What happens when you only eat 'superfoods' for three weeks?

After recently turning the big 3-9, I decided to completely take leave of my senses and radically and dramatically transform my diet… Without consulting a professional for advice.

“Time to eat like a grown-up, Jo,” I muttered as I sat down to research every single food that has ever been accused of being a superfood.

I diligently noted them down and ended up with a rather long list:

Images: supplied

Then, I went shopping.

Several hundred dollars and a second mortgage on my home later, I came home loaded up on all the foods on the list.

I spent the rest of the day coming up with meal combinations. I knew the key to sticking to this new eating plan (that I planned to stay on forever) was to be organised. The second it became hard, I’d let go off it. So I cooked and cleaned and diced and chopped and bagged and packed.

That night I had a bowl of pureed vegetable soup, which the kids loved too, and some fresh berries and nuts for supper. A good start.

The next morning I had a delicious breakfast of eggs, mushrooms and asparagus.

Images: supplied

I ate fruit for morning tea and then lunch was a quinoa salad, my first ever quinoa. It was delicious. I mixed it with pumpkin, feta cheese, broccoli, zucchini and toasted pine nuts.

Afternoon tea was Greek yoghurt with berries, seeds, nuts and coconut.

Images: supplied

Dinner was chicken and veggies.

I drank two cups of coffee and one tea. I felt so virtuous, so clean and healthy. I drank lots of water, took my usual vitamins (iron, vitamin D, a digestive enzyme and a hair, skin and nail formula).


Then I went for a smug jog.

The next day I had green juice for breakfast:

Images: supplied

I ate combinations of the foods on the list for three weeks. Now, I have to tell you what happened to me. Let’s just say that I very nearly called this article “Butt On Fire”.

I spent the entire three weeks dashing to the toilet like I had stomach flu. I didn’t feel too sick, aside from a constant and mild nausea and I had to always be really close to a toilet.

“I’m detoxing”, I thought to myself, as I very gently wiped my now incredibly raw back end. “It’s just an intense detox. It’s my fault, eating so much junk food in the first place.”

I read on Google that a ‘true’ detox can take months, particularly if you have been following a poor diet for a while.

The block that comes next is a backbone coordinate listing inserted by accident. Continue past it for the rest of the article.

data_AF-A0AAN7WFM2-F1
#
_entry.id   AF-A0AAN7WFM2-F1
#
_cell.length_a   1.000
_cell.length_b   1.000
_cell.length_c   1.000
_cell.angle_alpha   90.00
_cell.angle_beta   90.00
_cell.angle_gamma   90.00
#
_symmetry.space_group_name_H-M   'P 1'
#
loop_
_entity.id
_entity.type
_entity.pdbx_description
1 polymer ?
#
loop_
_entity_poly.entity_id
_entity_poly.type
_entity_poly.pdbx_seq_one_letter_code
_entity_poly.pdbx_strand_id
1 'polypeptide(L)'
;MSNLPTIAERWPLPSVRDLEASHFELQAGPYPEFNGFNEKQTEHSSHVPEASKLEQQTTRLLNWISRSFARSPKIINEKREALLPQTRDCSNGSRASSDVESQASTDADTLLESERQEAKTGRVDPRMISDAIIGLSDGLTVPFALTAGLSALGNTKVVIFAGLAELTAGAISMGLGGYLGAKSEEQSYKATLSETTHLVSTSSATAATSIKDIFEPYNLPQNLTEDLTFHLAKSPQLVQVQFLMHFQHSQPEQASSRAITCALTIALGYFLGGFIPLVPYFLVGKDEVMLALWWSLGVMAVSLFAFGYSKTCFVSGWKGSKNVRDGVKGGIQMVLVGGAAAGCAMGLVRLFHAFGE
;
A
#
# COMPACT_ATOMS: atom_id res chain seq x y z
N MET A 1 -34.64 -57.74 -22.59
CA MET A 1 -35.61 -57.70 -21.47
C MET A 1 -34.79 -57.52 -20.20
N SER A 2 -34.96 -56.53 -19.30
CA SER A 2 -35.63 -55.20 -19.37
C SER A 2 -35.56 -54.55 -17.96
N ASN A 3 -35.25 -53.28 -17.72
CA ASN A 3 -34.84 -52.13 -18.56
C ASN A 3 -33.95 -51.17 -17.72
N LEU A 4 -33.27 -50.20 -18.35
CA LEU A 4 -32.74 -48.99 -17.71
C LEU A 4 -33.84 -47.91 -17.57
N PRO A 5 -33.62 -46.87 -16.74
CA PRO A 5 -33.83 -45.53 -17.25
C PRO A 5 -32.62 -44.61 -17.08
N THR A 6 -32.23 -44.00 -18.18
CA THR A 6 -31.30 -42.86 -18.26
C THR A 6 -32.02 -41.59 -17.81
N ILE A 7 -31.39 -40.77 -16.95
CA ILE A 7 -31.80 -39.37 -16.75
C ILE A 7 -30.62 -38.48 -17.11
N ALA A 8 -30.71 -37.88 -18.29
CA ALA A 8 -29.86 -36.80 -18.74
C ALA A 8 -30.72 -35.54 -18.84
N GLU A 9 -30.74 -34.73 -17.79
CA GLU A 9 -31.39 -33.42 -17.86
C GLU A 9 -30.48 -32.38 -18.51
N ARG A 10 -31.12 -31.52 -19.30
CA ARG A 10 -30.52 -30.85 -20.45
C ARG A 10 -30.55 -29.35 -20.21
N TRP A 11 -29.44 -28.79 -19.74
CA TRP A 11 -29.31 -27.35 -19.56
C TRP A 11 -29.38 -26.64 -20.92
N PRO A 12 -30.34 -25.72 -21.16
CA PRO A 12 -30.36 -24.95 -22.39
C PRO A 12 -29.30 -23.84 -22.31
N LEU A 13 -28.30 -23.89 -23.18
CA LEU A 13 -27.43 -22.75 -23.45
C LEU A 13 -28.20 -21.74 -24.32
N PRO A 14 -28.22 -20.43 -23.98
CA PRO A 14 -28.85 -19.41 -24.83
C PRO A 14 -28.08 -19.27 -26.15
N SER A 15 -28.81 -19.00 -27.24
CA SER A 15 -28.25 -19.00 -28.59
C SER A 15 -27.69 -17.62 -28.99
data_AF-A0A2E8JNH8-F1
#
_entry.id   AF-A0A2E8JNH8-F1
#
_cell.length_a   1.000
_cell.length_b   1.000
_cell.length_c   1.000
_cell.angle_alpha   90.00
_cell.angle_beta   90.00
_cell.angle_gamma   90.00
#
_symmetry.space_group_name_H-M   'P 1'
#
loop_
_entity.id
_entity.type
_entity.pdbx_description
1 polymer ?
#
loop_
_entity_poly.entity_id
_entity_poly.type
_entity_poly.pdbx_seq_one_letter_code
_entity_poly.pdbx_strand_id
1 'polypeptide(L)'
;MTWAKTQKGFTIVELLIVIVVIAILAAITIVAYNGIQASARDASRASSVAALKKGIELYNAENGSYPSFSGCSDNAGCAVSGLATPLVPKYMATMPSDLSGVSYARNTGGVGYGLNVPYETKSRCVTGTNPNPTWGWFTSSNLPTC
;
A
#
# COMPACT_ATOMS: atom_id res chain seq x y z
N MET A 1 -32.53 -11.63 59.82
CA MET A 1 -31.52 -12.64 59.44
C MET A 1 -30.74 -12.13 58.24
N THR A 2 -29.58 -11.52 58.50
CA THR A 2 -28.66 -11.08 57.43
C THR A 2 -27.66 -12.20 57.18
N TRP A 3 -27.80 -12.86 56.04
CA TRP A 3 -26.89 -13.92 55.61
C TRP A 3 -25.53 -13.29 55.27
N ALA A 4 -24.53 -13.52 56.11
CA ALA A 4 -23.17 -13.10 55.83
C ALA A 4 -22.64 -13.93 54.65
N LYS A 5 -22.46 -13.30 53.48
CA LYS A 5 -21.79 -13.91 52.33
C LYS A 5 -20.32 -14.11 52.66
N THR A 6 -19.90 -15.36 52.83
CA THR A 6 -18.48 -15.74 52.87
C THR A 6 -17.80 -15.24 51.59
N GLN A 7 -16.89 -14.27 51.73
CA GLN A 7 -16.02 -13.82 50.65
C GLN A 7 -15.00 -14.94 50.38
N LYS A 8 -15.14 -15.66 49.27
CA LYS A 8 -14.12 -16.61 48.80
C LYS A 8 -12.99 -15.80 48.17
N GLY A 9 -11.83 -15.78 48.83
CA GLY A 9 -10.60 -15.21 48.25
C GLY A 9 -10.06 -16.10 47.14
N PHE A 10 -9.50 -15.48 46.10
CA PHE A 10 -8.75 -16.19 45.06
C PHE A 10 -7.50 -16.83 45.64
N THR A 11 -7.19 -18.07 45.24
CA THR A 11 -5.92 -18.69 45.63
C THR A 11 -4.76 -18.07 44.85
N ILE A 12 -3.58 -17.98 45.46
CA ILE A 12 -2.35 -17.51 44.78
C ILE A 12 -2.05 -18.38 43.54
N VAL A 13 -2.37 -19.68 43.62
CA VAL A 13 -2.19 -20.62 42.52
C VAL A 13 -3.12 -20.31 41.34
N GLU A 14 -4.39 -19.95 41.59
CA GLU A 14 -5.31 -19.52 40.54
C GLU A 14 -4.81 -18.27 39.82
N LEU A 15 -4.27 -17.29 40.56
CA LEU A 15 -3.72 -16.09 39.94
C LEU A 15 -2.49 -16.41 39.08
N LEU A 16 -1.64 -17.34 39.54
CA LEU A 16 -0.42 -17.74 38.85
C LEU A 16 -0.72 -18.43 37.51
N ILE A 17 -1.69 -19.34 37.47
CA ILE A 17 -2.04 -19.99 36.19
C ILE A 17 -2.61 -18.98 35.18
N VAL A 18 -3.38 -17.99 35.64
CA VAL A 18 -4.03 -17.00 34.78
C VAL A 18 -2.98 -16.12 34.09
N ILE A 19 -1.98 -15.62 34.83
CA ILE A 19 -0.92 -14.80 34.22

By the end of the third week I was waving the white flag of surrender, and a roll of extra-soft toilet paper. I ate a bread roll filled with tuna salad for lunch and pasta for dinner. By the next morning my toilet habits were a little more normal.

I was reeling. What the hell just happened? I was eating superfoods and should have been looking and feeling like a million bucks. I expected my clothes to feel loser, my skin to glow and a serene smile to be on my face at all times. I expected clear and shiny eyes, rosy cheeks and thicker hair and nails. I thought that maybe it was just detox and I had bailed too early, or maybe I have a few more food intolerances than I thought I did.


I asked two nutritionists for help. After reading my initial request for help, dietician and nutritionist Susie Burrell said:

“OMG that is the funniest thing I have ever heard. What on earth made you do that?? So you only ate these super foods? Probably too much fibre.

“I think looking at that your fibre was through the roof, also the FODMAPs –carb foods that produce gas in the gut –were very high too, which means if you were a little sensitive you would have been making plenty of gas in that tummy of yours. This is a good example that there can definitely be too much of a good thing,” she added.

The conclusion? Health isn’t just a matter of eating healthy foods. Who knew? It’s all about balance. Hmm, I seem to have heard that before (one hundred, million times).

I was consuming way too much fibre, too many vegetables and too many rich foods. And I was suffering the consequences.

Burrell said:

“What I take away from this list is that there are plenty of foods out there with ‘super’ properties and good nutrition is not about trying to tick all the boxes and excel with your nutritional intake, rather it comes down to getting a good overall balance and as your experiment showed, indeed there can be too much of a good thing. While good nutrition has benefits, more is not better and there are implications of eating too much fibre rich, good fat rich food.”


I lamely attempted to defend myself. After all, I’ve eaten most of these foods before and never had a problem. I was just doing it all at once.

“The volume of fibre from beans, nuts, seeds, fruits and veggies is huge — anything over 30g will cause tummy issues,” Burrell added.

Jo Rushton from the Energy Coaching Institute said: “I see red flags and it sounds like you have digestive issues and possible food intolerances. Your experience highlights again that nutrition is a customised individual approach, not a blanket statement for all. One person’s food is another person’s poison.”

So what now? I’d tried eating the way I’ve always thought I should eat, and it was a disaster. I was more confused than ever and certainly didn’t want to go back to my usual habits.

Here’s what Burrell wisely suggested:

“Adopt one superfood per meal perhaps? That could be a more balanced approach, but I would argue that many, many foods have super qualities, so if you are eating fresh food you like you will also be on the right track. Yes, you can be too healthy.”

Have you ever tried a radically new eating plan and it hasn’t turned out the way you’d hoped?